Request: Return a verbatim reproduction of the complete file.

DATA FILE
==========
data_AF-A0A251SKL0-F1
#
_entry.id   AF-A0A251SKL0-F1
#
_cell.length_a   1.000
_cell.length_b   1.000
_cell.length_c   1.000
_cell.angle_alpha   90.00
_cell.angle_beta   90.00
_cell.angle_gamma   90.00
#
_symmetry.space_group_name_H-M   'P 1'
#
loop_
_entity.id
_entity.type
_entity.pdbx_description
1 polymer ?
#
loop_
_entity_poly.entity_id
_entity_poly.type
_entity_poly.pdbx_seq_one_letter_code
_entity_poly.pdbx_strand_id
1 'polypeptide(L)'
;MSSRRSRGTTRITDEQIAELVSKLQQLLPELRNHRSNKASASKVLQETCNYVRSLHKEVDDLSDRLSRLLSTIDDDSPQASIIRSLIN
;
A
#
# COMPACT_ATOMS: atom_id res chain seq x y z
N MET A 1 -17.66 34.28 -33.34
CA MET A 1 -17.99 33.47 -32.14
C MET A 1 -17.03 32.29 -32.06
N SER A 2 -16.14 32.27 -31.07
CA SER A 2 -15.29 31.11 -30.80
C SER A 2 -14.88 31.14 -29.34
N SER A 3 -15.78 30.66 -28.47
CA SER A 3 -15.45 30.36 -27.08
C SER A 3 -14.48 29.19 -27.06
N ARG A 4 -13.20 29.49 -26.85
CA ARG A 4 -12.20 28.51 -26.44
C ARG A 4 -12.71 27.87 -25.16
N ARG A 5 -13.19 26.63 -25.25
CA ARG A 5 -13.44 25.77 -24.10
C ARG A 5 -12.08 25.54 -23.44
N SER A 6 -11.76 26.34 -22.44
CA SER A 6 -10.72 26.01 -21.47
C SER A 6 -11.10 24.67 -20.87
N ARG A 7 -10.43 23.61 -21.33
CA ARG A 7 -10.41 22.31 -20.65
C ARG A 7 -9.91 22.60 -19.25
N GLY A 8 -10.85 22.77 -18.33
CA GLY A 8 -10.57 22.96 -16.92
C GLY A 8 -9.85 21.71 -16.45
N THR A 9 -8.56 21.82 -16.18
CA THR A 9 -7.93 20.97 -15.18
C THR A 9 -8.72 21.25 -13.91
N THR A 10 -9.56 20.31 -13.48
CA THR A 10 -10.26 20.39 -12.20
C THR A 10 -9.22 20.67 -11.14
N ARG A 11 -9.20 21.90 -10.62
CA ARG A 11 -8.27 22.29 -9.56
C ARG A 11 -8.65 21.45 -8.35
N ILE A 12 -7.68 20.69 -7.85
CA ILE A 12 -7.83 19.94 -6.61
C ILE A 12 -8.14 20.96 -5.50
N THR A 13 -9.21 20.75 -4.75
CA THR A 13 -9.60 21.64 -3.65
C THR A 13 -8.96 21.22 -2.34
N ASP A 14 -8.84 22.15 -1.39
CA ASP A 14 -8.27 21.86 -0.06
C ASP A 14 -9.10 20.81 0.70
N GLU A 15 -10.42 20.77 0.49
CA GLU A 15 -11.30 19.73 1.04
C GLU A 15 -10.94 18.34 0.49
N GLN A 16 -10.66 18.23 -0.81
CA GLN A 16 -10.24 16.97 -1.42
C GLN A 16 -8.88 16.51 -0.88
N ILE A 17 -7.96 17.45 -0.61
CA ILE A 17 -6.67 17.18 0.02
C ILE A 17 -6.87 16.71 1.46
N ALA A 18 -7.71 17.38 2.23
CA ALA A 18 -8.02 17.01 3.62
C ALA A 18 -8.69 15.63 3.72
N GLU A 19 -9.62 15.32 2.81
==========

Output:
data_AF-A0A251SKL0-F1
#
_entry.id   AF-A0A251SKL0-F1
#
_cell.length_a   1.000
_cell.length_b   1.000
_cell.length_c   1.000
_cell.angle_alpha   90.00
_cell.angle_beta   90.00
_cell.angle_gamma   90.00
#
_symmetry.space_group_name_H-M   'P 1'
#
loop_
_entity.id
_entity.type
_entity.pdbx_description
1 polymer ?
#
loop_
_entity_poly.entity_id
_entity_poly.type
_entity_poly.pdbx_seq_one_letter_code
_entity_poly.pdbx_strand_id
1 'polypeptide(L)'
;MSSRRSRGTTRITDEQIAELVSKLQQLLPELRNHRSNKASASKVLQETCNYVRSLHKEVDDLSDRLSRLLSTIDDDSPQASIIRSLIN
;
A
#
# COMPACT_ATOMS: atom_id res chain seq x y z
N MET A 1 -17.66 34.28 -33.34
CA MET A 1 -17.99 33.47 -32.14
C MET A 1 -17.03 32.29 -32.06
N SER A 2 -16.14 32.27 -31.07
CA SER A 2 -15.29 31.11 -30.80
C SER A 2 -14.88 31.14 -29.34
N SER A 3 -15.78 30.66 -28.47
CA SER A 3 -15.45 30.36 -27.08
C SER A 3 -14.48 29.19 -27.06
N ARG A 4 -13.20 29.49 -26.85
CA ARG A 4 -12.20 28.51 -26.44
C ARG A 4 -12.71 27.87 -25.16
N ARG A 5 -13.19 26.63 -25.25
CA ARG A 5 -13.44 25.77 -24.10
C ARG A 5 -12.08 25.54 -23.44
N SER A 6 -11.76 26.34 -22.44
CA SER A 6 -10.72 26.01 -21.47
C SER A 6 -11.10 24.67 -20.87
N ARG A 7 -10.43 23.61 -21.33
CA ARG A 7 -10.41 22.31 -20.65
C ARG A 7 -9.91 22.60 -19.25
N GLY A 8 -10.85 22.77 -18.33
CA GLY A 8 -10.57 22.96 -16.92
C GLY A 8 -9.85 21.71 -16.45
N THR A 9 -8.56 21.82 -16.18
CA THR A 9 -7.93 20.97 -15.18
C THR A 9 -8.72 21.25 -13.91
N THR A 10 -9.56 20.31 -13.48
CA THR A 10 -10.26 20.39 -12.20
C THR A 10 -9.22 20.67 -11.14
N ARG A 11 -9.20 21.90 -10.62
CA ARG A 11 -8.27 22.29 -9.56
C ARG A 11 -8.65 21.45 -8.35
N ILE A 12 -7.68 20.69 -7.85
CA ILE A 12 -7.83 19.94 -6.61
C ILE A 12 -8.14 20.96 -5.50
N THR A 13 -9.21 20.75 -4.75
CA THR A 13 -9.60 21.64 -3.65
C THR A 13 -8.96 21.22 -2.34
N ASP A 14 -8.84 22.15 -1.39
CA ASP A 14 -8.27 21.86 -0.06
C ASP A 14 -9.10 20.81 0.70
N GLU A 15 -10.42 20.77 0.49
CA GLU A 15 -11.30 19.73 1.04
C GLU A 15 -10.94 18.34 0.49
N GLN A 16 -10.66 18.23 -0.81
CA GLN A 16 -10.24 16.97 -1.42
C GLN A 16 -8.88 16.51 -0.88
N ILE A 17 -7.96 17.45 -0.61
CA ILE A 17 -6.67 17.18 0.02
C ILE A 17 -6.87 16.71 1.46
N ALA A 18 -7.71 17.38 2.23
CA ALA A 18 -8.02 17.01 3.62
C ALA A 18 -8.69 15.63 3.72
N GLU A 19 -9.62 15.32 2.81